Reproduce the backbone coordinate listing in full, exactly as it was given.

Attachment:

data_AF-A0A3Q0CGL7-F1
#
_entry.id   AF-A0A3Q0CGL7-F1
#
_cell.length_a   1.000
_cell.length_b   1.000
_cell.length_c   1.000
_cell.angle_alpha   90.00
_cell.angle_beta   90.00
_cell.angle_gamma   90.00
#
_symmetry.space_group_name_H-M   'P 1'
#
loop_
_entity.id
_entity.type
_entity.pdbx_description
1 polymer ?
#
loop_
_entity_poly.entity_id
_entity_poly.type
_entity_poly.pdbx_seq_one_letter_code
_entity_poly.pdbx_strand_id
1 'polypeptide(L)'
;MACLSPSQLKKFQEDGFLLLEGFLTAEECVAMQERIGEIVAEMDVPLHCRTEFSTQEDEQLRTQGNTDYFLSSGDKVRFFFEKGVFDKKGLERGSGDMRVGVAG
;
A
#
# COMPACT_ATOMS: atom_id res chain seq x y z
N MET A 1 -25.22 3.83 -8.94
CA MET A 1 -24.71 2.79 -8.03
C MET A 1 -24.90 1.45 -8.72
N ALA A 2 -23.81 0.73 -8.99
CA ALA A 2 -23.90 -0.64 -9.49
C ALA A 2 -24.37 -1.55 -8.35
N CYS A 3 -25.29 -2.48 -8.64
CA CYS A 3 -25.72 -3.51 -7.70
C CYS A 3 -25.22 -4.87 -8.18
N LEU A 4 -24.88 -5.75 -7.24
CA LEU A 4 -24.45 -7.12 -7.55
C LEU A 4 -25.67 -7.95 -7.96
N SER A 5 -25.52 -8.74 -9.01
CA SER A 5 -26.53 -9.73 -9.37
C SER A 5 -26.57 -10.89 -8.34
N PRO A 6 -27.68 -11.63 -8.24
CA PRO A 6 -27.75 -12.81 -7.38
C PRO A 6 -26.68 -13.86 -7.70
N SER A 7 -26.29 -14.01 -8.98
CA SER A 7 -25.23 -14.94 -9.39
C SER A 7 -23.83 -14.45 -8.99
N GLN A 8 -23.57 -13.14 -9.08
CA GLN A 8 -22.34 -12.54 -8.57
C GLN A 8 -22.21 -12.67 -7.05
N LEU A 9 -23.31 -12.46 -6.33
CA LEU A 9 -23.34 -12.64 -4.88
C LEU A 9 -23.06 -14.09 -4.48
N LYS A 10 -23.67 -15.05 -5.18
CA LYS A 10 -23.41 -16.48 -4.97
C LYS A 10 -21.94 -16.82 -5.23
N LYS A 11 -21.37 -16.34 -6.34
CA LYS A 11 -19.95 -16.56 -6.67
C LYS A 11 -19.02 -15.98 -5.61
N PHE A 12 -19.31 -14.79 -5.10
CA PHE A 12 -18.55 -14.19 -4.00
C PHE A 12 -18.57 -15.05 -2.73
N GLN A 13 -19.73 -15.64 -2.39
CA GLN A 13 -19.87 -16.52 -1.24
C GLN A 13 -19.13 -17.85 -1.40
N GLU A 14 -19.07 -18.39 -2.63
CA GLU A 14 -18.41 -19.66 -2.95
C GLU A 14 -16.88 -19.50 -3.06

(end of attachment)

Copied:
data_AF-A0A3Q0CGL7-F1
#
_entry.id   AF-A0A3Q0CGL7-F1
#
_cell.length_a   1.000
_cell.length_b   1.000
_cell.length_c   1.000
_cell.angle_alpha   90.00
_cell.angle_beta   90.00
_cell.angle_gamma   90.00
#
_symmetry.space_group_name_H-M   'P 1'
#
loop_
_entity.id
_entity.type
_entity.pdbx_description
1 polymer ?
#
loop_
_entity_poly.entity_id
_entity_poly.type
_entity_poly.pdbx_seq_one_letter_code
_entity_poly.pdbx_strand_id
1 'polypeptide(L)'
;MACLSPSQLKKFQEDGFLLLEGFLTAEECVAMQERIGEIVAEMDVPLHCRTEFSTQEDEQLRTQGNTDYFLSSGDKVRFFFEKGVFDKKGLERGSGDMRVGVAG
;
A
#
# COMPACT_ATOMS: atom_id res chain seq x y z
N MET A 1 -25.22 3.83 -8.94
CA MET A 1 -24.71 2.79 -8.03
C MET A 1 -24.90 1.45 -8.72
N ALA A 2 -23.81 0.73 -8.99
CA ALA A 2 -23.90 -0.64 -9.49
C ALA A 2 -24.37 -1.55 -8.35
N CYS A 3 -25.29 -2.48 -8.64
CA CYS A 3 -25.72 -3.51 -7.70
C CYS A 3 -25.22 -4.87 -8.18
N LEU A 4 -24.88 -5.75 -7.24
CA LEU A 4 -24.45 -7.12 -7.55
C LEU A 4 -25.67 -7.95 -7.96
N SER A 5 -25.52 -8.74 -9.01
CA SER A 5 -26.53 -9.73 -9.37
C SER A 5 -26.57 -10.89 -8.34
N PRO A 6 -27.68 -11.63 -8.24
CA PRO A 6 -27.75 -12.81 -7.38
C PRO A 6 -26.68 -13.86 -7.70
N SER A 7 -26.29 -14.01 -8.98
CA SER A 7 -25.23 -14.94 -9.39
C SER A 7 -23.83 -14.45 -8.99
N GLN A 8 -23.57 -13.14 -9.08
CA GLN A 8 -22.34 -12.54 -8.57
C GLN A 8 -22.21 -12.67 -7.05
N LEU A 9 -23.31 -12.46 -6.33
CA LEU A 9 -23.34 -12.64 -4.88
C LEU A 9 -23.06 -14.09 -4.48
N LYS A 10 -23.67 -15.05 -5.18
CA LYS A 10 -23.41 -16.48 -4.97
C LYS A 10 -21.94 -16.82 -5.23
N LYS A 11 -21.37 -16.34 -6.34
CA LYS A 11 -19.95 -16.56 -6.67
C LYS A 11 -19.02 -15.98 -5.61
N PHE A 12 -19.31 -14.79 -5.10
CA PHE A 12 -18.55 -14.19 -4.00
C PHE A 12 -18.57 -15.05 -2.73
N GLN A 13 -19.73 -15.64 -2.39
CA GLN A 13 -19.87 -16.52 -1.24
C GLN A 13 -19.13 -17.85 -1.40
N GLU A 14 -19.07 -18.39 -2.63
CA GLU A 14 -18.41 -19.66 -2.95
C GLU A 14 -16.88 -19.50 -3.06